Friends of Geer Cemetery Pop-Up Exhibit

The Museum of Durham History, in partnership with the Friends of Geer Cemetery, presents the story of four women who were buried in Geer Cemetery in a special social-distance friendly pop-up exhibit under the Museum’s gazebo starting Monday, February 15th. In the latter half of the nineteenth and early twentieth centuries, African American women juggled work and family against tremendous odds in Durham. This pop-up features glimpses at the lives of four women:

Pearl Whitted helped educate Durham’s local African American community. Pearl was educated at a young age by her father, James Whitted, and began teaching at the age of 17. Although not a Durham native, Julie Newby and her husband moved south from New Jersey and settled in Durham to serve newly emancipated African Americans through their congregation at the Emmanuel A.M.E. Church. Sallie Husband was a founding member of the White Rock Baptist Church and a true community servant while facing much hardship within her own family. An entrepreneur, Rodemer Jones provided for her family as a single mother by opening the Jones Hotel.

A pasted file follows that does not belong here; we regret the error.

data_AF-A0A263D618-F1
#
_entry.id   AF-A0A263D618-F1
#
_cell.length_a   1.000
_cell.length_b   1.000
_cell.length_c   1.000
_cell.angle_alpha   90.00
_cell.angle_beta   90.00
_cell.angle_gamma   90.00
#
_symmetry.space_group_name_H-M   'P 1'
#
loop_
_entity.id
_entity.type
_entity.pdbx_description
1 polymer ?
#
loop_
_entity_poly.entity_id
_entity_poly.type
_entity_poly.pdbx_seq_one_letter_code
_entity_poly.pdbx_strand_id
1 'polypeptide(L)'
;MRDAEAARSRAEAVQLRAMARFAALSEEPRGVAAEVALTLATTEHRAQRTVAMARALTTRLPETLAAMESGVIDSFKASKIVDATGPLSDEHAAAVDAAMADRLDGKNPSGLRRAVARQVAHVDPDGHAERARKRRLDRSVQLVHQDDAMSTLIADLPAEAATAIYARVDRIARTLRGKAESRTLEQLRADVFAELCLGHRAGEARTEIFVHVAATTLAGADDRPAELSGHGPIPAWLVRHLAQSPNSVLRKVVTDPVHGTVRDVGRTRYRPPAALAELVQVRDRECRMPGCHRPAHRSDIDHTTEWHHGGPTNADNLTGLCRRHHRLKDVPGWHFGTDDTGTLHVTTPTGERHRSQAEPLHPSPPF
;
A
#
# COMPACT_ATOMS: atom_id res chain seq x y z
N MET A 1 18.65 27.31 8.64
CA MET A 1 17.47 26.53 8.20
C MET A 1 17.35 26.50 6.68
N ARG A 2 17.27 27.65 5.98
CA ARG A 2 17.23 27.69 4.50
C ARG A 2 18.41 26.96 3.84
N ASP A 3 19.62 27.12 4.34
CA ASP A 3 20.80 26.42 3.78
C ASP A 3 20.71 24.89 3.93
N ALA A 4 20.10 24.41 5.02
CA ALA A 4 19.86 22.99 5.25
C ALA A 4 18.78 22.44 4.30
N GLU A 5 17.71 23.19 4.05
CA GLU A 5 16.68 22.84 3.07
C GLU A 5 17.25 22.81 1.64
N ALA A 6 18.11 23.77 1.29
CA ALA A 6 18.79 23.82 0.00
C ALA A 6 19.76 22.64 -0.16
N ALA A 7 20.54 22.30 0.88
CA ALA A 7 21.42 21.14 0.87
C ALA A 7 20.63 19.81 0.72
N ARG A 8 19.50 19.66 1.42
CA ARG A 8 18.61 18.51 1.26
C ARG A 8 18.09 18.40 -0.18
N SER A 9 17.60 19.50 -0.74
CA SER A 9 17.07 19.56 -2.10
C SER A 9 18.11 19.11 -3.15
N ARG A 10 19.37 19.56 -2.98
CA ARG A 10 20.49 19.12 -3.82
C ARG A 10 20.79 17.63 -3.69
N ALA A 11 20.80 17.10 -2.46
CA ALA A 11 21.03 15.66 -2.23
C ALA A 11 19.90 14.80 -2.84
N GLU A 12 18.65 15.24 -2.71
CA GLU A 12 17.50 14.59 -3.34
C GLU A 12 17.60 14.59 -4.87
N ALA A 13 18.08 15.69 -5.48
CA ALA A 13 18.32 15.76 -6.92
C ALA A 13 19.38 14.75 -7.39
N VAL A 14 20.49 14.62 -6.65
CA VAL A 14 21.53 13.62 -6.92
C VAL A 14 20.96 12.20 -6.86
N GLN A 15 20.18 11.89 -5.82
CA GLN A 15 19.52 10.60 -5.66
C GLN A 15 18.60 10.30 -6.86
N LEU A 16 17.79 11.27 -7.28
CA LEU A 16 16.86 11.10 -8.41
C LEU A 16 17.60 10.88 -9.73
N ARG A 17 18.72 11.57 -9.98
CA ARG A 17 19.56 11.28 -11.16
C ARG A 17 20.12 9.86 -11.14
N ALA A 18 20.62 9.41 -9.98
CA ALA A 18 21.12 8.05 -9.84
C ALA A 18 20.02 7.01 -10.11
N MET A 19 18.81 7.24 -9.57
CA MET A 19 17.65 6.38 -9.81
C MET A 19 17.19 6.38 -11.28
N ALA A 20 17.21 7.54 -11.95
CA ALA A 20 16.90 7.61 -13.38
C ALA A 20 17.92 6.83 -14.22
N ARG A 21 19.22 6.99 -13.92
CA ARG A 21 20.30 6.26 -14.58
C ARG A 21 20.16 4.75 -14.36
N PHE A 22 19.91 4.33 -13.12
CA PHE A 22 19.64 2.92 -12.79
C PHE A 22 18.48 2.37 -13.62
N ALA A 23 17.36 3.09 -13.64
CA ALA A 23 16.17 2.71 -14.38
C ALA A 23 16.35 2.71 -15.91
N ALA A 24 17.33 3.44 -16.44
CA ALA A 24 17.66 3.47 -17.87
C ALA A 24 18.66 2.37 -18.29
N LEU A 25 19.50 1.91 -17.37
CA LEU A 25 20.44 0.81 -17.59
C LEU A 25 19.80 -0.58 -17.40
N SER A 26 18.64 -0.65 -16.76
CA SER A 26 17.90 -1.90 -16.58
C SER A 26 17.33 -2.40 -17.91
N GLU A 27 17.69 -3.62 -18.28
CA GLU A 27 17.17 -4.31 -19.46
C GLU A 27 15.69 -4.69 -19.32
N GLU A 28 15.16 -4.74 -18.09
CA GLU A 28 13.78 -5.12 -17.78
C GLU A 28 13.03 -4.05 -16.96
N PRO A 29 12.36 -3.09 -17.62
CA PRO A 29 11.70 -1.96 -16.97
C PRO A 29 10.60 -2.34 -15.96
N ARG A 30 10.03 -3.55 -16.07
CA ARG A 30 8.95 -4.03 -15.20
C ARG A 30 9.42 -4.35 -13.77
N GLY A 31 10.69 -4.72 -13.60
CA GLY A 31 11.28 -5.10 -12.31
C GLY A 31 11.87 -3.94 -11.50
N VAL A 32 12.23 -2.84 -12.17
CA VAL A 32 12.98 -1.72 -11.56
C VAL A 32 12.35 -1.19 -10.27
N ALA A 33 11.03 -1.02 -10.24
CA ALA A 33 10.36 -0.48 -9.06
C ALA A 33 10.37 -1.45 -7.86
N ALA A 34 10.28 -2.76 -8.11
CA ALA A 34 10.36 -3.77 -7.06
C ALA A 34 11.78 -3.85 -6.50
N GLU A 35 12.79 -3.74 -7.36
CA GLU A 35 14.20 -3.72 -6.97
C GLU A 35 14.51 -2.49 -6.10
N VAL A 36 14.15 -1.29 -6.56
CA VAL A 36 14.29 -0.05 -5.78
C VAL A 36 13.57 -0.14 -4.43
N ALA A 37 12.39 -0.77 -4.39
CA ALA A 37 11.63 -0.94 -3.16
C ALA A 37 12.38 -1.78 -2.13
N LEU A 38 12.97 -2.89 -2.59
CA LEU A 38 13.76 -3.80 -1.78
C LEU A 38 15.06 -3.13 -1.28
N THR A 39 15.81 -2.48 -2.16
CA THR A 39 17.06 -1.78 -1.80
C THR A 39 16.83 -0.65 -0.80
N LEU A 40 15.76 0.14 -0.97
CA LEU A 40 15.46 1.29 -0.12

Their persistent journey, “to make a way out of no way” can be felt through an examination of the lives of these four women who lived in an era of horrific racial injustice. This pop-up exhibit is part of the continued programming for the Museum’s digital exhibit, Votes for Suffrage: 100 Years of Women in Durham Politics and provides a look at In Plain Sight, an exhibit on display at Geer Cemetery. In honor of Black History Month, we remember the many African American women who forged a way to better their community despite the obstacles placed in their way by racial segregation and oppression.

Programming associated with the Museum’s Votes for Suffrage: 100 Years of Women in Durham Politics exhibit supported by Snyderman Fund, the Durham Arts Council, the North Carolina Arts Council, the Forest at Duke, Duke Health, and Blue Cross Blue Shield of North Carolina.

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